Tuesday, July 17, 2012

Doin' it wrong professionally: Now with more credentials!

I'm in a conference all week.

It's an annual event that happens in my state, and provides several choices for intensive trainings in addiction treatment that last anywhere from one to four full days.  The one I'm taking is for clinical supervision, and my attendance at this event has been graciously facilitated by a former employer, who happened to have an open seat already paid for, and I happened to be the first one to respond to the email.  It turns out that really fast typing is not just a cool parlor trick.

But that's not what I'm doing wrong.  I'm sitting in a room of seasoned professionals-- okay, some of them are seasoned, some of them are just motivated to be in charge of some stuff.  What I've noticed about this bunch of counselors is how much we love to hear ourselves talk.  And this is not a unique group, in my experience.  The funny thing is, as an introductory exercise, the class instructor asked us all to list what we believed were our strengths and our "challenges," and most of the people in this class identified being "a good listener" as one of their strengths.  Um.  Not even close.  Some of these folks are barely waiting for their turn to talk, let alone listening to what anyone else is saying.

I shouldn't imply that I'm not part of the yammering.  But I catch myself at it sometimes, and have to examine my motives for talking in the first place.  I've also been working lately on my own behavior of interrupting people, which seems like a pretty bad characteristic in a therapist.  I notice this behavior much less when talking with patients than with colleagues and with other people, but I can't tell you for sure that I NEVER interrupt patients...  What I do know is that in a room full of other counseling professionals, the only way to get a word in is to talk over someone else.  I have a hard-wired tendency to talk fast and loud, and 12 years of sitting in staff meetings with other therapists has only reinforced this.  I have to work against both my nature and my nurturing in order to not be a complete jerk.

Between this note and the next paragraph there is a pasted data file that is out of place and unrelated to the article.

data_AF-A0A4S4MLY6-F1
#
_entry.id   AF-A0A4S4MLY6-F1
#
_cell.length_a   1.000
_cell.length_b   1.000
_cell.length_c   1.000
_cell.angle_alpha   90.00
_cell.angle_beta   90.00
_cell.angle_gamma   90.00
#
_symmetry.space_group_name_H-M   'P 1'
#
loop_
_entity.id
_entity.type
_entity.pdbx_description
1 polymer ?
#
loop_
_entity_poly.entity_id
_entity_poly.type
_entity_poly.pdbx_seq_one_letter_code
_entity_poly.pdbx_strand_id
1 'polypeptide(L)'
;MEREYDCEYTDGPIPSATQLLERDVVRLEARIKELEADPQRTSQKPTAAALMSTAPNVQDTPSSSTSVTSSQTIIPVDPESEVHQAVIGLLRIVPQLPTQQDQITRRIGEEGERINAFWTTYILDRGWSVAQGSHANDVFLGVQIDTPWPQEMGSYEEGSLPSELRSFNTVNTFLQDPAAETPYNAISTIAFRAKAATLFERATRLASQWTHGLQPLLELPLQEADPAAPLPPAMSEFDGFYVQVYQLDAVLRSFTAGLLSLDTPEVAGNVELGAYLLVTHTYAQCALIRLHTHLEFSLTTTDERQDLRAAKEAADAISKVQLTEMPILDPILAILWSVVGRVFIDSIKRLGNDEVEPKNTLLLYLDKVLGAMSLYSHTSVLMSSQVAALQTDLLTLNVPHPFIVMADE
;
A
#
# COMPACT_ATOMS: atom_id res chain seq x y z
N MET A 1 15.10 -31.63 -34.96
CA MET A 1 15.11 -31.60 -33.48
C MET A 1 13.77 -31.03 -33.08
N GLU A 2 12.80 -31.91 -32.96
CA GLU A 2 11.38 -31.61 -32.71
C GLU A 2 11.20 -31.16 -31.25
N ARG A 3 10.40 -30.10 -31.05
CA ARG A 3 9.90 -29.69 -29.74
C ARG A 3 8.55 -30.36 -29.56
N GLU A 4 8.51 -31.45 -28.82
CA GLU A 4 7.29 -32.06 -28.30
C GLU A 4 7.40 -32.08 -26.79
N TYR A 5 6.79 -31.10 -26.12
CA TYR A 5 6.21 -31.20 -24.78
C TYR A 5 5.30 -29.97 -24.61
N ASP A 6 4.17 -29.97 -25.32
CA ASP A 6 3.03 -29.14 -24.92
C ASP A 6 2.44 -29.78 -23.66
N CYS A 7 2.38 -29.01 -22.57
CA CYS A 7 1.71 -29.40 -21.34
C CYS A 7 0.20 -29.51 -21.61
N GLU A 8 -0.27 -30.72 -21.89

Incidentally, when asked to identify my strengths, I never tell people I'm a good listener.  I'm not sure I am.  But I can be silent when I don't know what to say, and most people think this means I'm listening.  Maybe I am listening, and I just don't recognize it, given the behavior of people who say they're good at it, and then just jabber on and on.

Friday, July 13, 2012

Ethics and Elementary School Children

I was discussing ethics with my daughter the other day.  She was telling me about a girl she's known since she was 2, who routinely does things to hurt her feelings, as she did recently.  Hannah was then telling me that if someone else made that girl cry, well, she deserved it.

I tried to convey to Hannah that this is not a true statement.  No one "deserves" to be hurt.  And even if another person is mean to us, we can choose to be kind and loving, even if they don't deserve that.  It's the best definition of Christianity I know: treating others better than they have earned.

I wrote about this conversation on my Facebook status the day it happened, and got a variety of responses.  One, from a dear, dear friend suggested I introduce the concept of Karma.  There is one problem with that: I don't believe in Karma.  I don't believe that people get what they give.  I have seen many examples of people who are despicable, spiritually speaking, and have succeeded in life by all external measures: social, financial, professional.  People on whom I have wished a rash in hidden places have prospered in all visible manners.  I attribute this to the fact that the universe is NOT looking out for justice, because the universe is a collection of stars and planets that is not conscious of the behavior of its inhabitants. And I know that the conscious being I recognize is not in the business of making sure that my version of justice is done.  Therefore, I am left with trying to teach my child grace.  I don't believe I am equal to this task.  I mentioned the wish-rash, right?

I don't think life is fair.  I don't think everything happens for a reason.  I don't think everything is going to work out to my advantage, if I just wait and see it through.  What I do think is that I can make myself satisfied with what happens if I work hard enough, cognitively speaking.  But I'm not good at expressing these thoughts to a 7 year old.

I want it to be true that if you are good and kind, the world will be good and kind back to you.  I want it to be true that if you look out for the interests of others, other will look out for your interests as well.  I also want it to be true that if I think happy thoughts I can fly to the second star to the right, but I know that's not happening anytime soon. Still, I try to be the change I want to see in others as often as I can, and I try to teach my child to be the same.

However, I also teach my child to tell people to Buzz Off when they are overtly mean, because there are only so many cheeks that kid has, after all.